The Spencer School Board was busy Tuesday night.
At its monthly regular meeting, the board approved next school year’s calendar, set a public hearing for next year’s budget and talked staff and facilities needs caused by expected enrollment increases.
2019-2020 calendar approved
Superintendent Terry Hemann presented the recommended calendar (PDF) for next school year, which the board unanimously approved.
Hemann said the calendar keeps teachers in their classrooms more.
“We believe that it promotes the best classroom instruction with more of the regular teacher being in the classroom,” he told the board.
Next year’s calendar has 1,127 school hours compared to this year’s 1,114 hours. It has fewer days, though, with 169 compared to 177.
The hours increase because of a change in school start time across the district. School days now will start at 8:15 a.m. rather than 8:30 a.m. Spencer Middle School already starts its days at 8:15 a.m.
The calendar also removes all 12:30 p.m. dismissals. Teachers also have nine full days of inservice work, with eight of the nine being on Mondays.
Hemann said the regular inservice days of no school will allow families to plan more consistently. He suggested it would create opportunities for appointments and other regular needs for students outside of school.
Budget public hearing scheduled
The school board will hold a public hearing and vote on next year’s district budget at its March 26 meeting.
The proposed tax levy in the budget is $13.01. That continues the trend of decreasing levies.
“From about 2009 to 2017, we’ve been in that $14.50 to $14.60 (range),” Jolynne Eilts, business manager and board secretary, said during the meeting. She added that in 2018 the levy rate was $14.10 and in 2019 was $13.50.
One reason the levy is decreasing again, Eilts said, is that it will soon pay off its general obligation bond on the new middle school. That’s about five years early.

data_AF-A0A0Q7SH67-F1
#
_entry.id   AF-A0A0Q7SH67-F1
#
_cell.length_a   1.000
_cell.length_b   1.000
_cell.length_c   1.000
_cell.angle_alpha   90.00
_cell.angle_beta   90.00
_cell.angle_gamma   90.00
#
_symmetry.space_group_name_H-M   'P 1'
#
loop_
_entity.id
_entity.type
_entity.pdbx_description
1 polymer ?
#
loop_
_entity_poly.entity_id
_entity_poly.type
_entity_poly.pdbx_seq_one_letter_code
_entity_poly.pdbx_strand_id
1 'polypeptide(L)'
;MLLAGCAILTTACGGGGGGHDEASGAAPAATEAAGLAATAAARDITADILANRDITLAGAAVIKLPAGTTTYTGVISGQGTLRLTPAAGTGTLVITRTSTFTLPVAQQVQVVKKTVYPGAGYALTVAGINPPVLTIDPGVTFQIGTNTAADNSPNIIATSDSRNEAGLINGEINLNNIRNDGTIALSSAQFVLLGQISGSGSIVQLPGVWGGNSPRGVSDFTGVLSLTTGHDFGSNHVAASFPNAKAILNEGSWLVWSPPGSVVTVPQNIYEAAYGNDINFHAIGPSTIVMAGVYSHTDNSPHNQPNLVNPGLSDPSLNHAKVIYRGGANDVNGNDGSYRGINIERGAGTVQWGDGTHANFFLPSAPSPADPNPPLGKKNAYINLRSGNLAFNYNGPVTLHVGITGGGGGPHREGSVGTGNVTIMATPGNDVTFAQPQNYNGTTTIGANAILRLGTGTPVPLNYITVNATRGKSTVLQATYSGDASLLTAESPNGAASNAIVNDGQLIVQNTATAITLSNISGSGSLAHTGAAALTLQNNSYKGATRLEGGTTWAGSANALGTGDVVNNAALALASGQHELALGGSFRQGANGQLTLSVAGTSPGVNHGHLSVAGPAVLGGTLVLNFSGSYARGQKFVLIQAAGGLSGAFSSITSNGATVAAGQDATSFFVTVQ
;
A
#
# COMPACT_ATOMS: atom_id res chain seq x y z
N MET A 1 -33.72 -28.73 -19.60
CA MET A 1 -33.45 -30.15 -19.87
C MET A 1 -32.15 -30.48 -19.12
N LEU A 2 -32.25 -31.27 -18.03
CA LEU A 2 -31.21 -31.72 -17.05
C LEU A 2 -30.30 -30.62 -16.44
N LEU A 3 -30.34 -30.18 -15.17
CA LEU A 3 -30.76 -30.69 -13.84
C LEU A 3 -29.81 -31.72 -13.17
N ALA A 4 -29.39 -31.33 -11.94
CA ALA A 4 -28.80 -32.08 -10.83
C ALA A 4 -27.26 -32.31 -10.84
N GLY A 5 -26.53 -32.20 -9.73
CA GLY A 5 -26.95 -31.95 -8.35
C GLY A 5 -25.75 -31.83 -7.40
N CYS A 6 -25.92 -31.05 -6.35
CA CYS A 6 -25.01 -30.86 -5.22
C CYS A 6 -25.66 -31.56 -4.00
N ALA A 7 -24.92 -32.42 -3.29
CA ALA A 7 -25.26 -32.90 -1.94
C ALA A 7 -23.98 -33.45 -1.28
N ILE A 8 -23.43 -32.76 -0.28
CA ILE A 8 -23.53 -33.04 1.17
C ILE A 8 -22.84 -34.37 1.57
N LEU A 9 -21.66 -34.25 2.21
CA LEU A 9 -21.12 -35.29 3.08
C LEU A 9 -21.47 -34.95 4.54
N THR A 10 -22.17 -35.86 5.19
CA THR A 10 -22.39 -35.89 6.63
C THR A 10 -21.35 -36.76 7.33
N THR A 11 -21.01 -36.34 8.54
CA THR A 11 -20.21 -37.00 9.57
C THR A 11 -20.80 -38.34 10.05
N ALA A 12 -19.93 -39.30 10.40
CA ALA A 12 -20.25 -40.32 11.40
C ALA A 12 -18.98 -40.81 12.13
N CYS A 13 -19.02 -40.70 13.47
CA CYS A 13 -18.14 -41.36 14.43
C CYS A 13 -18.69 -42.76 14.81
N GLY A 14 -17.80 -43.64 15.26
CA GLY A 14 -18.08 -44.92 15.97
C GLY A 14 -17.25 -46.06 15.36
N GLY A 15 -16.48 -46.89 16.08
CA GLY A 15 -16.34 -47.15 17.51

“Which has saved us a nice amount of interest, as well,” Hemann said.
The board also set a budget amendment public hearing to follow the regular budget hearing in March.
Additional staffing requests made
Already stretching personnel, Spencer schools is looking at future enrollment increases and the need for more staff.
On Tuesday, the board approved adding the following new certified staff positions:
- First grade teacher at Johnson Elementary
- Literary teacher/coach at Johnson Elementary
- Second grade teacher at Fairview Elementary
- Language arts teacher at Spencer Middle School
- Special education teacher at Spencer High School
The board also approved adding a new administrative position: director of student services.
Hemann said even the district’s conservative enrollment increase estimates suggest the district can support the additional staff.
District working with architects on future facilities needs
Spencer school officials are working with CMBA Architects on how they can start planning to address the district’s need for more room at its facilities.
“We really have a need in our elementary schools for additional space, additional classrooms,” Hemann said.
He said the soonest any new facilities could be ready would be 2021 as the district would have to prepare and plan for how those facilities would be funded.
“By that time, we’re already falling behind on space at the other buildings, too,” Hemann said.
Board president Bob Whittenburg said the district can take time to think through its facilities needs.
“It’s a bigger picture question, too, because it’s not just one building,” he said.
CMBA is scheduled to address the board at its March 12 work session at 4 p.m.
Hemann says public school funding still “below what’s needed”
Though Gov. Kim Reynolds recently signed legislation increasing 2019-2020 public K-12 schools funding by about $90 million, many across the state have said it’s not enough to cover costs of educating the state’s K-12 students.
Spencer Superintendent Terry Hemann is among those officials.
“It’s nice that it’s done early,” Hemann said during Tuesday’s board meeting. “It’s still a level of funding that’s below what’s needed to fund schools.”
Correction: This article has been updated to correctly state how soon the school district is paying off its general obligation bond on the middle school.